Spokesman Sam Atwood told The Desert Sun ( http://mydesert.co/Wj7b12) monitoring levels of hydrogen sulfide in the area could help officials establish an action plan and notify the public of pending odor problems in the future.
Officials received more than 235 complaints of a foul, powerful odor after a thunderstorm Sept. 9 churned up the lower sulfurous water layers. The smell was detected across Southern California and in Arizona.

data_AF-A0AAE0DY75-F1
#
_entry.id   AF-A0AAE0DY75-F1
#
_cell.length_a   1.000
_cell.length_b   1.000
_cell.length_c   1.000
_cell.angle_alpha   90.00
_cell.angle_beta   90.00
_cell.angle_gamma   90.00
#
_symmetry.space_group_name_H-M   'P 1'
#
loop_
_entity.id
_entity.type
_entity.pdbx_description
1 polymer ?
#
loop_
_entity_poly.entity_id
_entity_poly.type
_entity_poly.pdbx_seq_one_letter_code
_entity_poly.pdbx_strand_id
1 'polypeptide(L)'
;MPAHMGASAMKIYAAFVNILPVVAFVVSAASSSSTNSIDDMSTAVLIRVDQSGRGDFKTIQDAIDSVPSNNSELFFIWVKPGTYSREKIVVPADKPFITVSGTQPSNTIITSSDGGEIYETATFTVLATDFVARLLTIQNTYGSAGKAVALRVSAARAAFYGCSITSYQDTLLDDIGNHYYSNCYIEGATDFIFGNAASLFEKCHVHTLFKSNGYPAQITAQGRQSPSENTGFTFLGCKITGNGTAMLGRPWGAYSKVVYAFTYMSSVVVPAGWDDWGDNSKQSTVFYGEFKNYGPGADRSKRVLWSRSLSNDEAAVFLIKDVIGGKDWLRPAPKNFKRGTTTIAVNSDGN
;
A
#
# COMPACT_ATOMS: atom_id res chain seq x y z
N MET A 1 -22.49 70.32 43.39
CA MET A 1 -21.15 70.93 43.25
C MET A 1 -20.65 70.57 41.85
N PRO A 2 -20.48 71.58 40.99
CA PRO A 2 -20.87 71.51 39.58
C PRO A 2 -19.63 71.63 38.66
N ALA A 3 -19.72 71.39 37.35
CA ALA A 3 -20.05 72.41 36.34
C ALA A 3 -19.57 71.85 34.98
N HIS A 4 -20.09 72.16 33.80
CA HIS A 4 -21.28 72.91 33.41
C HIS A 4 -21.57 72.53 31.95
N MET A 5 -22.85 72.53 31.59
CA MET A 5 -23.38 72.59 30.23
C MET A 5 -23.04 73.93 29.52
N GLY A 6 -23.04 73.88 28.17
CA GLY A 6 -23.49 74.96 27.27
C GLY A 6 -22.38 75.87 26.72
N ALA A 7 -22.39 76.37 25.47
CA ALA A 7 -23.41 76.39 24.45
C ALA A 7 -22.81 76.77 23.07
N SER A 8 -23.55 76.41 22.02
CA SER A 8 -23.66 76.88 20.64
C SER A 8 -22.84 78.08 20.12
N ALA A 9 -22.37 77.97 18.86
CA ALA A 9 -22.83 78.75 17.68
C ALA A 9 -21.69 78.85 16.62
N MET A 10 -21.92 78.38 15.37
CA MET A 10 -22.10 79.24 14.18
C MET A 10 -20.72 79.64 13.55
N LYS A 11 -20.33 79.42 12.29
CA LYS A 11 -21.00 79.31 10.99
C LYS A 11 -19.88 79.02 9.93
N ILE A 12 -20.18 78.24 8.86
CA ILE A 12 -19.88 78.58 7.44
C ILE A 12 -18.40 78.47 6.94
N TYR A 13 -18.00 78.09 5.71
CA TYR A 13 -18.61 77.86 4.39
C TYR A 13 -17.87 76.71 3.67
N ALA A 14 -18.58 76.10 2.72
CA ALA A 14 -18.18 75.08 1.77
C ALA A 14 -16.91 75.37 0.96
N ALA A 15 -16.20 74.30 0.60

Environmental groups urged further action to mitigate the odors, saying federal air quality standards weren't being met in nearby rural communities.
Information from: The Desert Sun, http://www.mydesert.com/